As a programmer, I think the purpose of code reviews is so other developers can check for weaknesses in my code and thus to provide feedback so I become a better programmer.
I have reviewed plenty of code of other developers too in my organisation. Checking if code will work is done by the testing department. I make sure, during reviews, that they chose to write good optimized code. (Plus, readable code.)
Code reviews help to share experience amongst the whole team. I don't think that you should review code to make sure an average programmer will be able to understand it all, since some code can be quite complex. I tend to work on the more complex algorithms in our projects, and have to make sure those algorithms have a good performance. As a result, I have to write complex code that even the more experienced programmers won't understand at first, no matter how well-documented I make it. I had one programmer review my code once, thinking it could be rewritten with a lot less code, so he did. As a result, a process that took 2 minutes at first suddenly took 45 minutes to finish, leaving that programmer very confused since he didn't realize at first that my code was heavily optimized for speed.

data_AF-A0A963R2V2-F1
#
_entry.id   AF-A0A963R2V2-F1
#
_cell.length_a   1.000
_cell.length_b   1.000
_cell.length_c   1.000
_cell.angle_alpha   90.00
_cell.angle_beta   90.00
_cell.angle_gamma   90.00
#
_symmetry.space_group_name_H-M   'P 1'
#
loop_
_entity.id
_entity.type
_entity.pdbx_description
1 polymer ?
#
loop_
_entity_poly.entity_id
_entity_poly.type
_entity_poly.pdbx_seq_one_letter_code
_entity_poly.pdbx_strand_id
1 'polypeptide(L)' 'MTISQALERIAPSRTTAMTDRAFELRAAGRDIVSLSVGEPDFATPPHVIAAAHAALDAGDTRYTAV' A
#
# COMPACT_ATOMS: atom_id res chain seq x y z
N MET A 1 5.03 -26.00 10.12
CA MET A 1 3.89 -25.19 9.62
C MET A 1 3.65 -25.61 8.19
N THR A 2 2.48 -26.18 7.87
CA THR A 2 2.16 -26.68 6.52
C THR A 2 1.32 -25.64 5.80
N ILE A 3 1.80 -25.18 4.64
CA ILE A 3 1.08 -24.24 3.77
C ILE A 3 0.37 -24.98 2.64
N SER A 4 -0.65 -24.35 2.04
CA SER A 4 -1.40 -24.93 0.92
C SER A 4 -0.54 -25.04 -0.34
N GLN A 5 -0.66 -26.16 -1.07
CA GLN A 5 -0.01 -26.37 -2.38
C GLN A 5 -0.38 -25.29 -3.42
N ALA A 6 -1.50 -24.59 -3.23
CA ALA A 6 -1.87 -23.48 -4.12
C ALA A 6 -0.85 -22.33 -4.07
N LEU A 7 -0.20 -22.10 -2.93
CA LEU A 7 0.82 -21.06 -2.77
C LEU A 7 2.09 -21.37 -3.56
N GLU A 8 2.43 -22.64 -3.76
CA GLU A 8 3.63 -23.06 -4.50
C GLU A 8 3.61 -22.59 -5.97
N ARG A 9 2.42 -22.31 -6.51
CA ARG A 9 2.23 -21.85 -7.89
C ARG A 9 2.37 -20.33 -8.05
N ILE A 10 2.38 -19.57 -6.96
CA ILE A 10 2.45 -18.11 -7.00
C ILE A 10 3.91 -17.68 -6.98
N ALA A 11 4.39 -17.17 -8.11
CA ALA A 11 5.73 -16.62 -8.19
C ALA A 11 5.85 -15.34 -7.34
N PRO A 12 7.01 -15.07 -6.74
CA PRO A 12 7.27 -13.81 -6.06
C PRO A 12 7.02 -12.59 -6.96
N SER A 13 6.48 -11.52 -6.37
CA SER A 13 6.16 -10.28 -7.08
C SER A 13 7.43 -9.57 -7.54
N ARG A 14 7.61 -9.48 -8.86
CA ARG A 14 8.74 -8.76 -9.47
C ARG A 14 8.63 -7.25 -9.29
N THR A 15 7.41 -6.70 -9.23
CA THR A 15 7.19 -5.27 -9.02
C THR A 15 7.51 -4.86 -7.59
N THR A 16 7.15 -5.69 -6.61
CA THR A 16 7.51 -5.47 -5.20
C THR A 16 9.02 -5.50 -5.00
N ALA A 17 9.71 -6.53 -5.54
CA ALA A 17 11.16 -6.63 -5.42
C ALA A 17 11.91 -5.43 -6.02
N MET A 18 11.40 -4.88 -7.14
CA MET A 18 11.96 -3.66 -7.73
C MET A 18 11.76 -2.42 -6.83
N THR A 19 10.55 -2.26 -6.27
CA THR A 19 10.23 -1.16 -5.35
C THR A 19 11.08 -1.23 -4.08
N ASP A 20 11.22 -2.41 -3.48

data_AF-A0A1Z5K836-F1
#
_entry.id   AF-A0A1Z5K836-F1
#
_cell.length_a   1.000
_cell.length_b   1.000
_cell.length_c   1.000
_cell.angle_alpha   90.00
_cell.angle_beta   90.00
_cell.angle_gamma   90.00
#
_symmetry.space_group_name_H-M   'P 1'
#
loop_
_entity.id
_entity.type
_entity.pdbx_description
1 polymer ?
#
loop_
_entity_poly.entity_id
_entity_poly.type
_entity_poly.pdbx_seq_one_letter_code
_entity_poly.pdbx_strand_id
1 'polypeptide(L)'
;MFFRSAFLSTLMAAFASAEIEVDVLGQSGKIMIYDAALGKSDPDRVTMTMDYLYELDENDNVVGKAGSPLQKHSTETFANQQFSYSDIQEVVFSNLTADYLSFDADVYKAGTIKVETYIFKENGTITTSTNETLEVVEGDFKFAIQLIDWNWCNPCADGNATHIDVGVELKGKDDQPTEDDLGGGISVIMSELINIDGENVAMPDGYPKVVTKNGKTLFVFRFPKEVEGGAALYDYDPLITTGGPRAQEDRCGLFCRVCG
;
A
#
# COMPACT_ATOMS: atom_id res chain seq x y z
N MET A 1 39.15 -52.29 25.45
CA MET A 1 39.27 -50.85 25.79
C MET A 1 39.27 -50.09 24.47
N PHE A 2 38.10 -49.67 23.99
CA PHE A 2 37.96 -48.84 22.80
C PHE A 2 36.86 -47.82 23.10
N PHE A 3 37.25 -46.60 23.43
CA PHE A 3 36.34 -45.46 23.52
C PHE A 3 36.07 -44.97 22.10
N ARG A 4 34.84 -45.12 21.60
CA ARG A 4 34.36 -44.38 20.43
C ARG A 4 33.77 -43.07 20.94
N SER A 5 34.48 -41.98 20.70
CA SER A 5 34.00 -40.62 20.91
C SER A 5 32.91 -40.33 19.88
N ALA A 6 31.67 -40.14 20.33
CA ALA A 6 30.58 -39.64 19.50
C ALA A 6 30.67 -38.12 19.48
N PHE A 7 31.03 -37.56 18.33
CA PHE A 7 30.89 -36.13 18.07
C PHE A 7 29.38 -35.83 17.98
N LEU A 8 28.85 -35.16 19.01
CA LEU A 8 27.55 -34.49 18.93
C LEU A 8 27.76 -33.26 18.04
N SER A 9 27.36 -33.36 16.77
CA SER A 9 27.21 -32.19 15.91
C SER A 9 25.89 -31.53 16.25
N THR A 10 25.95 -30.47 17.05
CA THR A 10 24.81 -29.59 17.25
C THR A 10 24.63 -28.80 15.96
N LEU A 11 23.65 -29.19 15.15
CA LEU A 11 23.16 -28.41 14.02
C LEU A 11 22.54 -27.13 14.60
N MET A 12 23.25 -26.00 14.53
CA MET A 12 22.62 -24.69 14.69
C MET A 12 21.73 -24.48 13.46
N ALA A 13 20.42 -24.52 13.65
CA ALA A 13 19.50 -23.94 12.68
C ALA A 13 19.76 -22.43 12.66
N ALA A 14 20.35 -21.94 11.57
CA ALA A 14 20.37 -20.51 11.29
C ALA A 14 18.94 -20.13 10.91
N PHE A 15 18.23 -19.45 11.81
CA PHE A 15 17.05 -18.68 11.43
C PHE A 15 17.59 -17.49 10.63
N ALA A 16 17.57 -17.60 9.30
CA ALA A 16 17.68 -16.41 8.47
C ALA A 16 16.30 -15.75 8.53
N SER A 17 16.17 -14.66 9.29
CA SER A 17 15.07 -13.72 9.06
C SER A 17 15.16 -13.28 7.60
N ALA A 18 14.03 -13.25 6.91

Code reviews are very valuable, but don't do them to keep the code readable. Use them to check for less optimal code.
(Of course, code should be readable, variables and method names should be chosen well, parameters need to be clear, comments are a requirement, with at least one comment per method but preferably with at least one line of comment per line of code. The source needs to be well-formatted, divided over proper namespaces in a clear folder structure and additional documentation need to be readily available. But this I don't even consider part of a review, but part of common sense.)